Monetary policy operates in an environment of great uncertainty about the current economic situation. A wide range of economic indicators available in real time are used, therefore, to shed light on various sectors of the economy. This paper presents a method for weighting the indicators to obtain a macroeconomic picture in a resources-uses framework, by using a nowcasting model for the rate of growth of uses, imports and GDP in Israel. The use of the model enables an estimate of economic activity to be obtained one or two months prior to the official publication of the Central Bureau of Statistics. The method incorporates: a switch from a monthly data set that includes full or partial information on the quarter under review, to a quarterly system; a forecast of each of the components of the National Accounts (private consumption, investment, exports and imports); and an estimate of GDP using the sources-uses identity and complementary indicators.
The main findings of this study are:
The indicators that contribute most to forecasting ability are the foreign trade data: goods imports and exports, imports of durables and imports of capital goods; data from surveys--the Consumers Confidence Index, the Purchasing Managers Index, the Capital Utilization Index; and share price indices and data on tax revenues. The advantage of most of these indicators is their relatively low rate of revision, especially at turning points.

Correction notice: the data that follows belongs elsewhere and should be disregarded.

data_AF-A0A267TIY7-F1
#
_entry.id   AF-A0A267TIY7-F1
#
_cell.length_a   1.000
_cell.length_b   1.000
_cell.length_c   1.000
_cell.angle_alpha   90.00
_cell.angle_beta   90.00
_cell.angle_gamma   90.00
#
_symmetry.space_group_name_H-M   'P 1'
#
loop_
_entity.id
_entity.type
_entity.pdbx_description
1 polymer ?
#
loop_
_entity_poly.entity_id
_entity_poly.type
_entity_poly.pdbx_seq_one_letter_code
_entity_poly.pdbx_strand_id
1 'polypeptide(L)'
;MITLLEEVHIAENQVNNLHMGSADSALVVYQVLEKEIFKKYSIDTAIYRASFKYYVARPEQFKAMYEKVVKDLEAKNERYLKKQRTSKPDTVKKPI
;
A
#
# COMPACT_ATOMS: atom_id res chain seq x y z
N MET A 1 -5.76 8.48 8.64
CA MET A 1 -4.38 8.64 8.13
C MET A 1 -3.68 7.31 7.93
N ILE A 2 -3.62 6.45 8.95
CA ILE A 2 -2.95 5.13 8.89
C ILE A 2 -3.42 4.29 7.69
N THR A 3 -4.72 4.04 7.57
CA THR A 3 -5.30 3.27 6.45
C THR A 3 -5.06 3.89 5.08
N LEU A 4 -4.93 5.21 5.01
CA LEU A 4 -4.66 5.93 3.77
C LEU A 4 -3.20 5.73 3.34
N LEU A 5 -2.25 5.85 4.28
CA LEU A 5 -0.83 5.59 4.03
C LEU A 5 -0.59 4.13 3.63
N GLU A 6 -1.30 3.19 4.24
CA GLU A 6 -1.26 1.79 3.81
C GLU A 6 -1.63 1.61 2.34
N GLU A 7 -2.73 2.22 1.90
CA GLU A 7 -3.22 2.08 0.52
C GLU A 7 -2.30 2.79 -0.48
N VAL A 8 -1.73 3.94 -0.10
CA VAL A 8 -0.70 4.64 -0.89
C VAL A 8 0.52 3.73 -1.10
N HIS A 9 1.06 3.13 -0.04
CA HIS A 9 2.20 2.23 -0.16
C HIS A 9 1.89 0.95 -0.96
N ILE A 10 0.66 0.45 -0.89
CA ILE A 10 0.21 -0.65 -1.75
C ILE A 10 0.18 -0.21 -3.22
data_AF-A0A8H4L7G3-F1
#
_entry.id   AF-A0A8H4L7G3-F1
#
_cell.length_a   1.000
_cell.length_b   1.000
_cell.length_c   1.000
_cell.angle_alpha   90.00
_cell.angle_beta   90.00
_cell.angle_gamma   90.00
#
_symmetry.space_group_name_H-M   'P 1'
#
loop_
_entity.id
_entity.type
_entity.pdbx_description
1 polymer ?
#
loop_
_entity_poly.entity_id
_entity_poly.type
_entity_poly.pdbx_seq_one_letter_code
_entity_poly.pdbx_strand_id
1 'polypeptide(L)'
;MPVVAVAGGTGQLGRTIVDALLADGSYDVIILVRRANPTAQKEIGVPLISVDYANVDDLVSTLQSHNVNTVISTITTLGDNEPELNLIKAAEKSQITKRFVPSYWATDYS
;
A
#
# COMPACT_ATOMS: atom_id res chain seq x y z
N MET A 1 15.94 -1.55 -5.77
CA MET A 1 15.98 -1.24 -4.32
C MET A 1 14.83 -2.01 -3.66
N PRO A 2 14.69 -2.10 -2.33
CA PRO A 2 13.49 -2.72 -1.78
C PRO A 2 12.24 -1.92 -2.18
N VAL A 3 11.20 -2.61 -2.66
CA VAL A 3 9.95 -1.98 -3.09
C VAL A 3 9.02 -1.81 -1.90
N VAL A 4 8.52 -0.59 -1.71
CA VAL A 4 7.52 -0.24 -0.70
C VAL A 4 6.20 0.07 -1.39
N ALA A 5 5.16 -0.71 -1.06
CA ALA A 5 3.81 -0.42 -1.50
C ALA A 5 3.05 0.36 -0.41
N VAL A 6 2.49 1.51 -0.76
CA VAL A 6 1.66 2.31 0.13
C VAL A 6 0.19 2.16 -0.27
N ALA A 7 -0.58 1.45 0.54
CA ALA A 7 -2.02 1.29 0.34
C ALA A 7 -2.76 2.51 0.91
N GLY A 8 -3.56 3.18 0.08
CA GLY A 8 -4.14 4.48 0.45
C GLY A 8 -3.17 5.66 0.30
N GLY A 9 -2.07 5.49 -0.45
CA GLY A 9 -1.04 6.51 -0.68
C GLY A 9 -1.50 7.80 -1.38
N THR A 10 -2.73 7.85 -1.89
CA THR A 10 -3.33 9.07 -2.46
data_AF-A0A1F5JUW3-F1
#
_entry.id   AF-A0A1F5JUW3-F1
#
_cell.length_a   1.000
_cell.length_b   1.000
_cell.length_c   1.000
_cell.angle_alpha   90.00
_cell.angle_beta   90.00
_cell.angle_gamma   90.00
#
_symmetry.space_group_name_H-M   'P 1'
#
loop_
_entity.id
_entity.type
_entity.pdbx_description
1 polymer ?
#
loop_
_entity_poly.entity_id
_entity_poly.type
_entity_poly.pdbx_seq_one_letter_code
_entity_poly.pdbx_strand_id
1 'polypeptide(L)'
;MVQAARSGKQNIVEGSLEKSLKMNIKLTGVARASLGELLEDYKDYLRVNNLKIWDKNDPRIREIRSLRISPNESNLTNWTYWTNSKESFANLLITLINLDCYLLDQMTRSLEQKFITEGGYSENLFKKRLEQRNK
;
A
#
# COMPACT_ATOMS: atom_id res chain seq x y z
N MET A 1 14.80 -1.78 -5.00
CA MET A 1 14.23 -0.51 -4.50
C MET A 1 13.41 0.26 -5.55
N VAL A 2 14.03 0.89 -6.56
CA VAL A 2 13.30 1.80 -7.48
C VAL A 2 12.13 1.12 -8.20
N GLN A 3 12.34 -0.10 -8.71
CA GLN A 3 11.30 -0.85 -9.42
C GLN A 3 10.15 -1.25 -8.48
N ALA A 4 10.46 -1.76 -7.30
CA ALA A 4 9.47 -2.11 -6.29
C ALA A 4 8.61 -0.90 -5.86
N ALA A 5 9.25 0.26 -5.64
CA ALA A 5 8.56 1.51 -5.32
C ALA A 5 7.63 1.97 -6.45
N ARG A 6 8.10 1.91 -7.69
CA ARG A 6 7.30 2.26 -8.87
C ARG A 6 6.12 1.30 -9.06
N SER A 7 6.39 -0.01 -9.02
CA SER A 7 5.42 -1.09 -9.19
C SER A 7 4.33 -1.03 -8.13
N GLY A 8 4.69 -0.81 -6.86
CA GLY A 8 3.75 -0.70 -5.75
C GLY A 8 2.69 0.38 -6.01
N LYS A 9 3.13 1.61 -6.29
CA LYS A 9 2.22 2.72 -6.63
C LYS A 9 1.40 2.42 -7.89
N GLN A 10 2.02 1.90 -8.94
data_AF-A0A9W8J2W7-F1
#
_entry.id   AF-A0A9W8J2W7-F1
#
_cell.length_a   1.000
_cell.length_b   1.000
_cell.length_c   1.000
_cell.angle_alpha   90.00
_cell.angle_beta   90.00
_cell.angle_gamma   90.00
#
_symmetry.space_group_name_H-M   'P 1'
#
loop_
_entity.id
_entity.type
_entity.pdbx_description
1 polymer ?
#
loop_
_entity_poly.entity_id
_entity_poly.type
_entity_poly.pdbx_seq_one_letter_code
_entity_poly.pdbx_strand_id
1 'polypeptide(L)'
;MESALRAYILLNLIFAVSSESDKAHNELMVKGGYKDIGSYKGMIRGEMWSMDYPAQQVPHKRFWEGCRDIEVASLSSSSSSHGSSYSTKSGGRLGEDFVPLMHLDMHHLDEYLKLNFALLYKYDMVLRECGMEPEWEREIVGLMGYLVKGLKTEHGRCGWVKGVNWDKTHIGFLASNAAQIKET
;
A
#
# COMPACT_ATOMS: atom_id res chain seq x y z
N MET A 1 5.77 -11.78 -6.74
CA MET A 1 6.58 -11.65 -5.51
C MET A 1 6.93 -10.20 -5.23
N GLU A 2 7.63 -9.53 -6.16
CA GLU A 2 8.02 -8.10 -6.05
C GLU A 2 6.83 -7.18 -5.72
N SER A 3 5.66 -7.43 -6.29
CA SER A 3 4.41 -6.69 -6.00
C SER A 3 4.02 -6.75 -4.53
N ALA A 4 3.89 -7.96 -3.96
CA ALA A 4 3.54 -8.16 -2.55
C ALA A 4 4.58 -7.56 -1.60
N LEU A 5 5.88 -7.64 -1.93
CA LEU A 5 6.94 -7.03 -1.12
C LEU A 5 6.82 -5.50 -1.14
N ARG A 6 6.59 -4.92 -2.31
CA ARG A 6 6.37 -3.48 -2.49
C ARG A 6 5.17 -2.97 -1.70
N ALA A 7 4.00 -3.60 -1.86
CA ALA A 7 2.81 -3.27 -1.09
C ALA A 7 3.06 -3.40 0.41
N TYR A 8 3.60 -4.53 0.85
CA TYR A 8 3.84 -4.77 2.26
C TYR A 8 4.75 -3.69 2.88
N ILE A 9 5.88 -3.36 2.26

It was found that the model functioned well in out-of-sample forecasting of GDP, private consumption and imports, and to a lesser extent, of exports. The quality of the forecast of fixed investment, however, was low, and public consumption could not be forecast at all.
The estimate of the GDP growth rate had an average error (absolute value) of 2.6 percentage points, in annual terms. The model's good forecasting ability of GDP derives from, among other things, the sources-uses identity, which means that errors in uses are offset by imports.
It was found that imports of durable goods are a central indicator in forecasting private consumption, even though they constitute less than 10 percent of consumption.
The estimate of exports yielded the result that the US Purchasing Managers Index can serve as an index of global demand, and is preferable to other well-used international indicators such as world trade and GDP, which become available only after a considerable delay.
The low forecasting ability of fixed investment derives from the difference between the development in residential and nonresidential investment.
The data on investment in inventory are very volatile and subject to frequent revisions, but nonetheless evidence was found that stocks serve as a buffer at times of temporary gaps between supply and demand.
Experience gained so far from using the model shows that its nowcasting errors on real time are not bigger than the out-of-sample errors. Despite the many revisions that the monthly indicators undergo. This is apparently due to the high correlation between the revisions to the indicators for forecasting uses and the indicators for forecasting imports.